PHARMACY

California expands scope of pharmacy practice

BY Michael Johnsen

SACRAMENTO, Calif. — Along with a number of Patient Protection and Affordable Care Act-themed pieces of legislation, California Gov. Jerry Brown on Tuesday signed into law a provision that will allow pharmacists to perform physical assessments; order and interpret laboratory tests; refer patients to other providers; start, adjust and terminate medications under physician protocol; and work with other healthcare providers to evaluate and manage a patient’s health issues.  

"This legislation will take important steps to allow pharmacists to provide patients care at a level they are educated and fully capable of providing," the National Community Pharmacists Association stated in a blog. "The bill also is notable for its collaborative approach to other healthcare providers. It is supported by many healthcare-related organizations including the California Association for Nurse Practitioners, the California Association of Physician Groups and the California Hospital Association."

"Hopefully adoption of this legislation by the most populous U.S. state will prompt more states to enact similar legislation in the coming months," the association added.

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Actavis appoints board of directors for Irish division following Irish High Court clearance of Warner Chilcott deal

BY Alaric DeArment

DUBLIN — Actavis has appointed the board of directors for the division it recently created as part of its acquisition of Ireland-based Warner Chilcott, the drug maker said.

Actavis, which announced the $8.5 billion purchase of Warner Chilcott, cleared the final regulatory hurdle to the acquisition Monday when the Irish High Court approved it. As part of the acquisition, it is changing Warner Chilcott’s name to Actavis plc.

The board of directors includes Actavis president and CEO Paul Bisaro; Warner Chilcott board member James Bloem; Actavis board member and retired president of healthcare services for CVS Caremark Christopher Bodine; Warner Chilcott board member Tamar Howson; Warner Chilcott non-executive board chairman John King; Actavis board member Catherine Klema; former Zentiva chairman and CEO Jiri Michal; Actavis board member Jack Michelson; Actavis Pharma president Sigurdur Oli Olafsson, who oversees the company’s generic, branded generic, legacy brands and OTC business; Warner Chilcott board member Patrick O’Sullivan; Actavis board member Ronald Taylor; Actavis board member Andrew Turner; and Actavis board member Fred Weiss.

The board’s appointment is effective until the next annual meeting of shareholders, which will take place in May 2014.

 

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Walgreens Infusion Services can save $10.8 million in healthcare costs annually

BY Michael Johnsen

DEERFIELD, Ill. — Outcomes improve, and there can be significant cost savings when infusion pharmacists monitor patients receiving home-based infusion services and intervene when dose adjustments are necessary, according to a Walgreens outcomes analysis study being presented Wednesday at IDWeek 2013 in San Francisco.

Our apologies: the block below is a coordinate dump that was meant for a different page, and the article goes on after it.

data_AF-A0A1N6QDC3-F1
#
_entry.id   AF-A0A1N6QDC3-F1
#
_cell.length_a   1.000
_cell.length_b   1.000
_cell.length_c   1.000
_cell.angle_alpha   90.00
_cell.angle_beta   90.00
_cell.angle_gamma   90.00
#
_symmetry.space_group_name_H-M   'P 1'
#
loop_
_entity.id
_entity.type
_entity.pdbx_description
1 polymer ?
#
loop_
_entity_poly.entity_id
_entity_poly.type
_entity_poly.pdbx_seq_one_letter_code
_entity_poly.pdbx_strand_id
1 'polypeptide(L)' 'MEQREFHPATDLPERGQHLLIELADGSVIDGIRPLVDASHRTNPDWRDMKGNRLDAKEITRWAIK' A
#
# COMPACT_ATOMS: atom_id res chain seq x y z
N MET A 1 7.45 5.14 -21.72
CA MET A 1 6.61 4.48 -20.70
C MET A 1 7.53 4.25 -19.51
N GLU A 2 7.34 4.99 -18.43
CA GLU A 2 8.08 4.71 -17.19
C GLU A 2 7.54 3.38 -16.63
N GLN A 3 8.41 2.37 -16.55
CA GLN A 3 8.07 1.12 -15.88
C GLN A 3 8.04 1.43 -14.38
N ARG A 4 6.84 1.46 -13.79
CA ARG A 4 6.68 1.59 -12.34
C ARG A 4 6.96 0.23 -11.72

The retrospective analysis conducted by Walgreens Infusion Services involved 257 home-infusion patients who had received intravenous antibiotics, such as vancomycin or aminoglycosides, and found that proactive infusion pharmacist interventions resulting from consistent, intensive monitoring and care led to improved clinical outcomes 95.8% of the time. 

The analysts estimated that when the infusion pharmacists intervened and made adjustments in the therapy, there was an associated estimated potential savings of more than $150,000 by preventing adverse health effects. 

“Ensuring that patients are receiving the optimal dose is key, as too much medication can cause serious side effects, such as kidney damage and hearing loss, and too little is ineffective,” stated Steve Kennedy, national director of Infusion Pharmacy Services for Walgreens Infusion Services. 

In most cases, infusion therapy involves the administration of medication into a vein. Walgreens infusion pharmacists closely and regularly monitor the levels of these medications in patients’ blood. When levels are inappropriate, Walgreens pharmacists recommend therapy modifications, such as changes in dose, frequency or duration of infusion. They also provide other guidance, such as recommending a change in medication if the infection is not responding, managing adverse medication side effects or preventing drug interactions. 

“Walgreens infusion pharmacists are dedicated to providing patients with personalized care and support,” said Paul Mastrapa, president of Walgreens Infusion Services. “They proactively go above and beyond what is required, and as a result, patients benefit through improved outcomes and the health care system benefits by avoiding costs associated with treating the consequences of inappropriate therapy.” 

During the six-month period reviewed, involving 257 randomly selected patients, Walgreens infusion pharmacists recommended 101 interventions, all of which were provided for approval to the patients’ physicians before they were made. The patients’ doctors accepted 97 of those recommendations (96%). Of the accepted recommendations, 93 (95.8%) resulted in improved clinical outcomes, meaning the appropriate blood medication levels were reached as a result.

The analysts estimated that each intervention saved approximately $1,623 on average in healthcare cost avoidance, totaling an estimated $150,933. Based on outcomes analysis and Walgreens Infusion Services’ annual antibiotic patient census, analysts estimate these types of interventions could save the healthcare system $10.8 million every year. 

 

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